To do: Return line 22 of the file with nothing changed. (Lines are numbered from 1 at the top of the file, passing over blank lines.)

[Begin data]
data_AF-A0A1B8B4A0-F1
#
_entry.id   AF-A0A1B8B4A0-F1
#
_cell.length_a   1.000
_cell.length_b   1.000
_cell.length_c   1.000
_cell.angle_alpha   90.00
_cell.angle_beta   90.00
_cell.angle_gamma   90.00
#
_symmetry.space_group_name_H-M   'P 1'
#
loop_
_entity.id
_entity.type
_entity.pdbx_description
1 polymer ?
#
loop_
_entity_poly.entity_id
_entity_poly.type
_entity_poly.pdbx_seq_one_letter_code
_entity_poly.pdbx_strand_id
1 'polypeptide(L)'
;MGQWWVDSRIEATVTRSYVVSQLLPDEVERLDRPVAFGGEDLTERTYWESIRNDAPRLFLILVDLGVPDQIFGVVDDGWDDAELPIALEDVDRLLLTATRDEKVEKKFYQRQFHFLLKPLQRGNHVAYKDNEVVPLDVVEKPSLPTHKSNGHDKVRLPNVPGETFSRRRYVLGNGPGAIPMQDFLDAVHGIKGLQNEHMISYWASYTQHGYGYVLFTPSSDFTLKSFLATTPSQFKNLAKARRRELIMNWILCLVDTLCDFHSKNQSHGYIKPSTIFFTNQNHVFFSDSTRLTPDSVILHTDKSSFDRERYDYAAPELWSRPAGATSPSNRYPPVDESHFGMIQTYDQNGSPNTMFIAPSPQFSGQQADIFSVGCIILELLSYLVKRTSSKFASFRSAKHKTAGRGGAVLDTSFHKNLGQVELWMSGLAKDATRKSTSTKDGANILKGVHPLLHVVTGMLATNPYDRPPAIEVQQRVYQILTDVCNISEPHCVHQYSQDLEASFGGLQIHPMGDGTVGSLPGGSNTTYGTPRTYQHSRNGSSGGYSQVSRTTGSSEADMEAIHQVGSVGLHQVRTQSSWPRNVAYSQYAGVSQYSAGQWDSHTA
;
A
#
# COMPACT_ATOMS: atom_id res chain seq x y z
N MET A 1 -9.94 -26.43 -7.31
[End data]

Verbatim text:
_entity_poly.type